Delving in to Deal Museum

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This week we went along to Deal Museum. Having found out a little about Deal’s history here and there, we were keen to learn more and see what we could discover. Located on St George’s Road, the museum is a fascinating place, packed to the rafters with artifacts relating to Deal’s rich history.

Among some of the most interesting items you can find one of the little ships that crossed the Channel to Dunkirk, some decorative wood paneling from the Cutty Sark, that was found in a garden in Kingsdown. There's also a collection of old life jackets, the oldest made out of cork. Not too efficient as people wearing it would break their necks when they jumped into the water.

 
 
 

The Marines exhibition has some interesting features you wouldn't expect from a small museum. You can pick up the phone and hear spoken testimony of marines and their relations. We found it compelling because it also covers some of the social history of the marine’s time in Deal- like the pantomimes, and massive Christmas puddings they made each year. It's a history that isn't common place to see but was hugely interesting to us, it's a Deal centric view of the Marines which is exactly what you want from a Deal Maritime Museum. There's even a box of dressing up items and a mock dressing room for children to re-enact the popular pantos.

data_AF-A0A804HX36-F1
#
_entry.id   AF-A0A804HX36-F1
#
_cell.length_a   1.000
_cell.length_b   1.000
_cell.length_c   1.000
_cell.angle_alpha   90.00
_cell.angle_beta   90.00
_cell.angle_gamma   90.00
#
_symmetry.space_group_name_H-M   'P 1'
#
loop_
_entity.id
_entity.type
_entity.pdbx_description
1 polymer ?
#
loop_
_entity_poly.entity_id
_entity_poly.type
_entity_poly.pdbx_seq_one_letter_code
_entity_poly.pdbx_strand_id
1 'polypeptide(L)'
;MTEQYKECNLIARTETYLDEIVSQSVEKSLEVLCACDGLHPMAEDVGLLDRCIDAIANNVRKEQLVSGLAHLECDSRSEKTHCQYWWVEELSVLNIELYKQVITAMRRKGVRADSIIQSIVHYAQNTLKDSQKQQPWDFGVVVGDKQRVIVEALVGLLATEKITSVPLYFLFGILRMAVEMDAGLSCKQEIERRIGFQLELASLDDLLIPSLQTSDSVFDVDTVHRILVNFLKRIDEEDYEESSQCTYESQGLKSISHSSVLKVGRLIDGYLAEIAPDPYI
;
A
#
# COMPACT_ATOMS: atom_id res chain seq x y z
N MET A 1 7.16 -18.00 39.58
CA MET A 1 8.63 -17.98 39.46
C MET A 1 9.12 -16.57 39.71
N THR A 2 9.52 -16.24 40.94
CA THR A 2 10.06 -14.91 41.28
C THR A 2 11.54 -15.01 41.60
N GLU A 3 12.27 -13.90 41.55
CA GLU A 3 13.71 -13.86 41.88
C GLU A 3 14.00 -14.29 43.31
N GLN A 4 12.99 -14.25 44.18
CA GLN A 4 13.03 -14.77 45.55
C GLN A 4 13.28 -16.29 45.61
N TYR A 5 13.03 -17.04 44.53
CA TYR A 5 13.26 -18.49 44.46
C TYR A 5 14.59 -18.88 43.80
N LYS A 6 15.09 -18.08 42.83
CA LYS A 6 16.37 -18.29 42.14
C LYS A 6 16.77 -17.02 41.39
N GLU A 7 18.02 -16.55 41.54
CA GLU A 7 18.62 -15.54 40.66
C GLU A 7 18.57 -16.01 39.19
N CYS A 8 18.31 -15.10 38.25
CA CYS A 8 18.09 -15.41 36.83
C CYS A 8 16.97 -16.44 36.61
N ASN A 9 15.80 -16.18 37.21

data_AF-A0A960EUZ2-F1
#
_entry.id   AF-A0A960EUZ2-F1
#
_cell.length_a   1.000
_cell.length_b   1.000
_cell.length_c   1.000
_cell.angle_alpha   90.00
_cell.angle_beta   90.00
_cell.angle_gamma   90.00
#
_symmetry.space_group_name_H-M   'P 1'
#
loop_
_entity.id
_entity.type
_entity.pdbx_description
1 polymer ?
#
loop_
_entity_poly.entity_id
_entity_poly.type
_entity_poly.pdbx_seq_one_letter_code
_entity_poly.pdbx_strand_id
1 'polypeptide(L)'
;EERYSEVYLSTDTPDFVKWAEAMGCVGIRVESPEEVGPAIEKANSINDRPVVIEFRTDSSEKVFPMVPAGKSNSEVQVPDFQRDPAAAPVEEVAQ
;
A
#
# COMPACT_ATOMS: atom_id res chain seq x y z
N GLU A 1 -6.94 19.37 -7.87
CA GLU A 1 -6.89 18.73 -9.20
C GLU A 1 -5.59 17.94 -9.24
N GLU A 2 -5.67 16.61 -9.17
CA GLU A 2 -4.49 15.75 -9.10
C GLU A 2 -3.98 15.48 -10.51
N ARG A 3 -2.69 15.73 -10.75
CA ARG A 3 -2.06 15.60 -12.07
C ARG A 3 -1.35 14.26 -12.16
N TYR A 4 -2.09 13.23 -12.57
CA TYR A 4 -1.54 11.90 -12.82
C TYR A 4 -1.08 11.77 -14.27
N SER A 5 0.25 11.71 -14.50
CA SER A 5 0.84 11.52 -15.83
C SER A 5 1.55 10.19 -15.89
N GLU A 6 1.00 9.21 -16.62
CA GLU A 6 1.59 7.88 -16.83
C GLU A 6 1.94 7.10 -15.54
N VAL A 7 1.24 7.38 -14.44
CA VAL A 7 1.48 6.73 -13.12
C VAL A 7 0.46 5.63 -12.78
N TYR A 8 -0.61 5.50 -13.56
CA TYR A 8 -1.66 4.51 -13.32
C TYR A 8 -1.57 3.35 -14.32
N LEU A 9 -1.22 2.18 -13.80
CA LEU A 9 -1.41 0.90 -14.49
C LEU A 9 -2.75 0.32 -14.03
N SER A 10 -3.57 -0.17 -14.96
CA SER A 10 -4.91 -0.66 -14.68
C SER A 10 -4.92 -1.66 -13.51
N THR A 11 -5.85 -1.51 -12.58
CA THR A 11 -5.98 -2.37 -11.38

Along the stairs is a gallery of photos featuring famous faces who have lived in or visited Deal. Upstairs is packed with interesting objects and curiosities from Deal’s past. The hooden horses, shop signs, original drawings and seaside buckets. Its fascinating to take a look at the diagrams of Deal high street and find out how it’s changed, and how it's stayed the same over the years. You can also find out how much you know about the town by taking a quiz. We found out were “No Big Deal” having only scored six out of ten questions right.

 
 
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Much can be learned about the lifeboats of Deal and the Goodwin Sands. Exhibitions show photographs and list crew members. There's old sepia toned images of people out at the Goodwin Sands playing cricket and being shaved by a barber.

A lot of effort has gone in to making the museum interactive and interesting. There's a small shelter that simulates the experience of being in the trenches in WWI. Each month the museum pins a list of all those from Deal who would have died that month. A touching reminder of the war’s impact on everyday lives.

 
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Deal Museum is a great place to visit for anyone wanting to find out more about the town's history. If you want to delve into your family’s history, or if there's an aspect of Deal you want to know more about, the museum can assist you in your research and you can access their archive materials.  

The museum relies on donated items from the public, and volunteers who keep it running. You can support the museum by making a contribution below.

 
 
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